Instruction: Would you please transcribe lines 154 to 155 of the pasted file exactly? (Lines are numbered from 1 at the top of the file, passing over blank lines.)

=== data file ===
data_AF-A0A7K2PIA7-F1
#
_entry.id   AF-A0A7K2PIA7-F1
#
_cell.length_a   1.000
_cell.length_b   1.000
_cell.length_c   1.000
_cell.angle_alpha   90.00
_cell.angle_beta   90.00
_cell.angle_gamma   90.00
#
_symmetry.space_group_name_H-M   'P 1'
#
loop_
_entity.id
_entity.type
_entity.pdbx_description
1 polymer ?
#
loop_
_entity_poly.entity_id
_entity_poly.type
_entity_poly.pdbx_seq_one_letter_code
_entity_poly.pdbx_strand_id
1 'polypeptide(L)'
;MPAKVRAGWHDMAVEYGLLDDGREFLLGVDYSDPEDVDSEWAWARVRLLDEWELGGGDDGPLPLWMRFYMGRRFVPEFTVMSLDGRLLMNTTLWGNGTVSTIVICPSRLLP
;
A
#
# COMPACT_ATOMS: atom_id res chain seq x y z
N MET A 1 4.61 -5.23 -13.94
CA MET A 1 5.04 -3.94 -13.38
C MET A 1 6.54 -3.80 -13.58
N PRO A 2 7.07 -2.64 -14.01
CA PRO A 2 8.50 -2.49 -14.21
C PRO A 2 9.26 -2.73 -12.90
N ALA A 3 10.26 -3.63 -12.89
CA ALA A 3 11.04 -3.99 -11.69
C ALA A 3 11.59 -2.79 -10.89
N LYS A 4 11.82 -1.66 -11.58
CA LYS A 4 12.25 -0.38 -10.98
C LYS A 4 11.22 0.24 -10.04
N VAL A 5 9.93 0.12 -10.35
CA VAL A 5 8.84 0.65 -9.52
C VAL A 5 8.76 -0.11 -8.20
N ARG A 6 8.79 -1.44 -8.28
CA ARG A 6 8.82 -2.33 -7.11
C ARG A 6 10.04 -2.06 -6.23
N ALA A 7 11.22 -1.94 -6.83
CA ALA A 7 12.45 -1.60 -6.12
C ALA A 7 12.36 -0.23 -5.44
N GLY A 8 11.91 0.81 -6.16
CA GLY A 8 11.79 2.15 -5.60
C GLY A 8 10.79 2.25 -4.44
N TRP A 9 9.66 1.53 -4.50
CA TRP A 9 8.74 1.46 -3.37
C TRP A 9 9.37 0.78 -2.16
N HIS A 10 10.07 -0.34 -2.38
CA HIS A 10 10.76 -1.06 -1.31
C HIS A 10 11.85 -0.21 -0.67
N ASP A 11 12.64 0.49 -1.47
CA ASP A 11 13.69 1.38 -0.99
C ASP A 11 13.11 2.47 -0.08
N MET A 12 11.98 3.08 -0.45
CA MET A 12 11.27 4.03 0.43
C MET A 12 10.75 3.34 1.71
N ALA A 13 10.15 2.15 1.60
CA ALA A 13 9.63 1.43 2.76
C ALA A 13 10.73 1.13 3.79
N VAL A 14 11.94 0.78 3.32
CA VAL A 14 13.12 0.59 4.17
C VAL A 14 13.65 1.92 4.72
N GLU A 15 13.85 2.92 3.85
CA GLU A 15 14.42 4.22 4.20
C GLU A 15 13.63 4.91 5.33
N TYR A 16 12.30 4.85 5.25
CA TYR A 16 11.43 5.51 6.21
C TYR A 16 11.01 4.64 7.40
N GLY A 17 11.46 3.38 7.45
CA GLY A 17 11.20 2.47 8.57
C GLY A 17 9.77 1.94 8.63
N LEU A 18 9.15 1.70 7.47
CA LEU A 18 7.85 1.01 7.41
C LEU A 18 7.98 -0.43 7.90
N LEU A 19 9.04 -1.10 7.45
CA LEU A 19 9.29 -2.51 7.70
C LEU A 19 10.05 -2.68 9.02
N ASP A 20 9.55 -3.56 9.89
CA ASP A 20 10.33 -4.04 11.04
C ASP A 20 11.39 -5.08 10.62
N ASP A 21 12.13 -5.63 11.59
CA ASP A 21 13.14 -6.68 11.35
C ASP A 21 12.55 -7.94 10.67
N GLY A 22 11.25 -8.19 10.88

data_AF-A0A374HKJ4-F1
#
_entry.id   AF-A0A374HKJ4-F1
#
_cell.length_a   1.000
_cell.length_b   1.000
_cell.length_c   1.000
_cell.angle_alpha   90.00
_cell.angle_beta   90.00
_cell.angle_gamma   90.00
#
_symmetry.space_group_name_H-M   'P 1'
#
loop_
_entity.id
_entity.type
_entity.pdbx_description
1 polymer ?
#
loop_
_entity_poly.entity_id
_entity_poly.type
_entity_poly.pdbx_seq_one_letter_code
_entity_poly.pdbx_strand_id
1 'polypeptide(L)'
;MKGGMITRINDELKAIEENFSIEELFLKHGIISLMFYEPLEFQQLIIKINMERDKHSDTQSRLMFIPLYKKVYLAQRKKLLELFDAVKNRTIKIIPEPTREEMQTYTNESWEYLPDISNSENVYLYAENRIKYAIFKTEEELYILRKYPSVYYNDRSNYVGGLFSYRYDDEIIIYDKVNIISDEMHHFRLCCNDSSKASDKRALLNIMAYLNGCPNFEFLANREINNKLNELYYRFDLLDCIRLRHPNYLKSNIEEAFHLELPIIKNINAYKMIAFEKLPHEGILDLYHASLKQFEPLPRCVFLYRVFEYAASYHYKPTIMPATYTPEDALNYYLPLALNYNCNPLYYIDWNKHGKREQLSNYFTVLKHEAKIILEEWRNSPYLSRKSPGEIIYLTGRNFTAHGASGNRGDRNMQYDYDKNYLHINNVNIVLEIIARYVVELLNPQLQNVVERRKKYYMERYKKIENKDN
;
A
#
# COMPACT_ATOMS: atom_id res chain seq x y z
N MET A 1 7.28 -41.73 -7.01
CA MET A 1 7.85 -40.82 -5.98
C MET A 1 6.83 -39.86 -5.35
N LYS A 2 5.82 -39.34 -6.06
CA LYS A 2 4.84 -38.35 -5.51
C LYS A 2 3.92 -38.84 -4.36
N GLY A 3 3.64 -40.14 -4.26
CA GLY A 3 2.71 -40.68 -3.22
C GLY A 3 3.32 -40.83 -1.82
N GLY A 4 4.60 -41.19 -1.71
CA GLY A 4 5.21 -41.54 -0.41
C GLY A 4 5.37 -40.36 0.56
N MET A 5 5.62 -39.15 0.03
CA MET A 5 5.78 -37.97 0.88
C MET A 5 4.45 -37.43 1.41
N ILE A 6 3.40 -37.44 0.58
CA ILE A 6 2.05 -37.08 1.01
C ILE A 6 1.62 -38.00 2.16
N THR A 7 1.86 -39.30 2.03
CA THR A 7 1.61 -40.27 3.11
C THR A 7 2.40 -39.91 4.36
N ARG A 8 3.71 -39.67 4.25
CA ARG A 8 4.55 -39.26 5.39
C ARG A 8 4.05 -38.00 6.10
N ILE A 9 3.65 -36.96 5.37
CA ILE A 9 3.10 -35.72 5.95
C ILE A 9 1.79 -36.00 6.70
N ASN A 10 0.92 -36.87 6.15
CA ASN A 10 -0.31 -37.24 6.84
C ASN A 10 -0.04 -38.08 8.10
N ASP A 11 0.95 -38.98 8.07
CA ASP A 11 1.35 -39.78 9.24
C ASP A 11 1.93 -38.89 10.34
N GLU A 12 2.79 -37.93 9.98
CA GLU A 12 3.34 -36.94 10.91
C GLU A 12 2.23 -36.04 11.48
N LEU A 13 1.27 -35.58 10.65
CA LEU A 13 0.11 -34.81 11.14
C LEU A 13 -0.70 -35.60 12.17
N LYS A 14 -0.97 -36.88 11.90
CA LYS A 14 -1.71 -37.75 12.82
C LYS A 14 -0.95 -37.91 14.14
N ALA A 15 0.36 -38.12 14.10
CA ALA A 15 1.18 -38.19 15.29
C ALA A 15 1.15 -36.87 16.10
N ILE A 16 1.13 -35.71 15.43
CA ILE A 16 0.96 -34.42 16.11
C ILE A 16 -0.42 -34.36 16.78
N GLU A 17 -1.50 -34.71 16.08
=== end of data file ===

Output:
C ASN A 10 -0.04 -38.08 8.10
N ASP A 11 0.95 -38.98 8.07